The first doses of the Pfizer coronavirus vaccine will be administered on Tuesday, according to an NHS boss.
Chris Hopson, chief executive of NHS Providers, said immunisation will be “a marathon, it’s not a sprint”, telling BBC Breakfast: “We’re looking forward to the race starting on Tuesday.”
Britain has ordered 40 million doses of the vaccine, with two doses per person meaning 20 million people will receive the first round of jabs.
Mr Hopson said hospitals are working out how many care home residents, care home staff and over-80s they can get to.
“Each one of those groups has a different set of characteristics in terms of the logistical difficulty of doing the vaccination,” he said, pointing out that the vaccine needs to be transported at minus 70C.
“Think of a large pizza box, is the way that we’re describing it, that’s got to be stored in a fridge at minus 70C.
“To be frank, the only way you can really do that at the moment is to store them inside NHS hospital hubs.
“You can only move them four times, and you have to ensure that the two doses are administered three weeks apart, so it’s quite complex.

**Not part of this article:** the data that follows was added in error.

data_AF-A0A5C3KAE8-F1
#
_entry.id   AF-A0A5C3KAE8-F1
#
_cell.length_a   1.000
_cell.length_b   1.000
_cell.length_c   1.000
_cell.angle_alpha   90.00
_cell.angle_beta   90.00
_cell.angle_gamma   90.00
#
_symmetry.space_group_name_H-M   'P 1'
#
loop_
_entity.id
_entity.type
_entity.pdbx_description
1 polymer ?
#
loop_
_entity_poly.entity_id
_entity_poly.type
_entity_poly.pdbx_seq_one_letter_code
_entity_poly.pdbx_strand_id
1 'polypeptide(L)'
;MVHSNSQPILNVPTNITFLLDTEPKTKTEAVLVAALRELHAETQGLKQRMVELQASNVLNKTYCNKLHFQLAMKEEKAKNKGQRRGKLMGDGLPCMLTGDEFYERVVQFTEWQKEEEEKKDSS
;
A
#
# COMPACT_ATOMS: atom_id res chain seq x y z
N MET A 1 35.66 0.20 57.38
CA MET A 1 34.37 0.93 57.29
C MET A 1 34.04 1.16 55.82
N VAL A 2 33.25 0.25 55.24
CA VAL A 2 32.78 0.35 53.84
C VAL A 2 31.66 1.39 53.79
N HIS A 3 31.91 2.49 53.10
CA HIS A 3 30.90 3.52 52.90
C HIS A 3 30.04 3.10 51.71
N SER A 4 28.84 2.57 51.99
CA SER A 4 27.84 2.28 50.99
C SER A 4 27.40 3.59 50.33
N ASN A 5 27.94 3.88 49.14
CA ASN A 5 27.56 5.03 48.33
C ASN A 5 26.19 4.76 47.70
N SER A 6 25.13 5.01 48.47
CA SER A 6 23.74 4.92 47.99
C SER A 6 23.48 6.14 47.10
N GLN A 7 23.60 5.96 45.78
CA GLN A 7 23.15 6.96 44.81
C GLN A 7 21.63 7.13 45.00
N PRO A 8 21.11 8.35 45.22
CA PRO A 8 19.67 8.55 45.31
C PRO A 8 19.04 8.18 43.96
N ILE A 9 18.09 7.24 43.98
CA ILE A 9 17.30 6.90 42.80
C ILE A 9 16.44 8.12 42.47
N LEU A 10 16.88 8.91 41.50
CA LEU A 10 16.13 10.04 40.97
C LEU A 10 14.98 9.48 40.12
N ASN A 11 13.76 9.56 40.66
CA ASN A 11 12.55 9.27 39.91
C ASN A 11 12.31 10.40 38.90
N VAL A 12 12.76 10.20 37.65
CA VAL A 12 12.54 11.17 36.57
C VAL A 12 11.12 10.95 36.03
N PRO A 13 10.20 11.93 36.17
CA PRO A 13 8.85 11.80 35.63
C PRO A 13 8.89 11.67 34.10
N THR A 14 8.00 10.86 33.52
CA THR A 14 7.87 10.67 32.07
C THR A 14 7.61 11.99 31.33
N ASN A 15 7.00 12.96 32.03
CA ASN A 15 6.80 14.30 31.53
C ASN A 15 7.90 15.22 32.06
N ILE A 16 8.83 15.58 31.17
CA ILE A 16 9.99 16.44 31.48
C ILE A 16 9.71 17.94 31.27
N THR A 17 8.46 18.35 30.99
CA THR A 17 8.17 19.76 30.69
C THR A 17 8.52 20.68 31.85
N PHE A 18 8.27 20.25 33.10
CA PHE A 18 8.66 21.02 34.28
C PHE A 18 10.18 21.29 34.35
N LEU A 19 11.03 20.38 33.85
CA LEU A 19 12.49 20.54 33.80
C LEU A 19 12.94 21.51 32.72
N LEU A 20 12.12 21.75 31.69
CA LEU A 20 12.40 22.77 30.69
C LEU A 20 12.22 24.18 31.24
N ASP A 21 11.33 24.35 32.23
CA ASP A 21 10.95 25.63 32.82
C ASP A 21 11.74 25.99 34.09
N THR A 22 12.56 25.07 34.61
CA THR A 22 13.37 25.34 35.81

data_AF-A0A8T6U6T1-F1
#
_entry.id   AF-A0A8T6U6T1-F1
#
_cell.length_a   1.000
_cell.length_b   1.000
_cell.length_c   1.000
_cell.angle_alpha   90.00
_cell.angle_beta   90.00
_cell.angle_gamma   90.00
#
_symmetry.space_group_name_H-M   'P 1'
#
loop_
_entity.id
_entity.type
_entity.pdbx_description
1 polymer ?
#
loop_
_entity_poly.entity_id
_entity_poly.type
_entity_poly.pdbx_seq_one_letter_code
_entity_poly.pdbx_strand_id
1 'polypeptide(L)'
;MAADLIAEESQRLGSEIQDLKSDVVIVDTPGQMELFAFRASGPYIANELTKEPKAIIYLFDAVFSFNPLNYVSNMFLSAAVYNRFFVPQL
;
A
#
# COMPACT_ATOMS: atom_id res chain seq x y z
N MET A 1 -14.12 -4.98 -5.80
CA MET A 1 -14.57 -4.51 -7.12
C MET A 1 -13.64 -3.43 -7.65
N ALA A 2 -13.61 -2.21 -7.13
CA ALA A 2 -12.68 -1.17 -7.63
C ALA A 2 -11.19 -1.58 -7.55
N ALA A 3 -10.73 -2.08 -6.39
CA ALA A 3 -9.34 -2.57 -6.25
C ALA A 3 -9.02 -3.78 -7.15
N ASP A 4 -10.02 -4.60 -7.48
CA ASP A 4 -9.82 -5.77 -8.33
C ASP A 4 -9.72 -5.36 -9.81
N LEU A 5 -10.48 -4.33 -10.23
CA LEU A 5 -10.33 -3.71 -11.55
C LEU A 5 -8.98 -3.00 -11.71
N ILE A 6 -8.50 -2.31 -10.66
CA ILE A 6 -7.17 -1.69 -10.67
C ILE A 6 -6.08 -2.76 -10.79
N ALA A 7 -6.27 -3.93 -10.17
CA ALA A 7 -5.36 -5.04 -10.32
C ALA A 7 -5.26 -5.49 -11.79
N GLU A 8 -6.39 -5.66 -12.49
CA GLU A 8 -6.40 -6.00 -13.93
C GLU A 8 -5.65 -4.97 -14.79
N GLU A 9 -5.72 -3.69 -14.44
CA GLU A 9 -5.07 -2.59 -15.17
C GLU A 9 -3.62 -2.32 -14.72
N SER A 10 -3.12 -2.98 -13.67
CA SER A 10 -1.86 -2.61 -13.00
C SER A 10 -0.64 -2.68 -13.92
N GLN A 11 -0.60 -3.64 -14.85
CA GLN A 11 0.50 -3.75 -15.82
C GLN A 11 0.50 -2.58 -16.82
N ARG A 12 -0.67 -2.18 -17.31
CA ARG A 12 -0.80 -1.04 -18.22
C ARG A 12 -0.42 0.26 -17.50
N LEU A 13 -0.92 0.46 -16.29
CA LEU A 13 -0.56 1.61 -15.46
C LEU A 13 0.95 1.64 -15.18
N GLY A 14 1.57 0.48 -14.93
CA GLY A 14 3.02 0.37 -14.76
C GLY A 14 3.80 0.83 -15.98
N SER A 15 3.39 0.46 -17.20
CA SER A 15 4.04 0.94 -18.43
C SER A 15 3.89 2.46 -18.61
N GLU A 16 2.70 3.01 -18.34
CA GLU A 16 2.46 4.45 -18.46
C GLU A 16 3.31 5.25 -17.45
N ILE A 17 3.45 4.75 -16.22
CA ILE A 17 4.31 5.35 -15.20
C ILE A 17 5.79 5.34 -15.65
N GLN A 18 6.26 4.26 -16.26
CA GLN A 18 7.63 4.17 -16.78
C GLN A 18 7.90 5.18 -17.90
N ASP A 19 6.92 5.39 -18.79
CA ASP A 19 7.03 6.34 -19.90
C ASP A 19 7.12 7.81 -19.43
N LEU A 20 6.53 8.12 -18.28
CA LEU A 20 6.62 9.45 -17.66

“So, what we’re going to be doing is, hospitals are at the moment talking to care home providers to say how can we get your staff to come into those hospital hubs so we can inject them.”
NHS Chief Sir Simon Stevens said people over 80-years-old and care home staff will be able to get the first doses of the Pfizer vaccine at hospitals from next week.
But they’ll initially only be offered in hospitals due to storage and transportation of the doses being complicated.
They need to be kept together in large batches of doses, and must be stored at around minus 70 degrees.
Yesterday, lorries were pictured transporting the vaccine from Pfizer’s labs in Belgium across the channel to the UK.
Once the vaccine arrives in the UK from Pfizer’s plant in Belgium, it is thought batches will be checked at a central depot to ensure their quality.
Public Health England will process orders placed by the NHS for next-day delivery to hospital hubs around the UK.
Meanwhile the Army has been carrying out Covid jab “dry runs” in advance of the country’s biggest ever mass vaccination programme.
It comes as the country battles with logistical challenges in administering it to those at the top of the priority list.
New guidance drawn up by the joint committee on vaccination and immunisation reiterated that care home residents and staff and over-80s must be the first groups inoculated.
In response, the British Medical Association, which represents most of the country’s doctors, has warned pushing NHS staff down the queue could lead to more frontline doctors and nurses dying.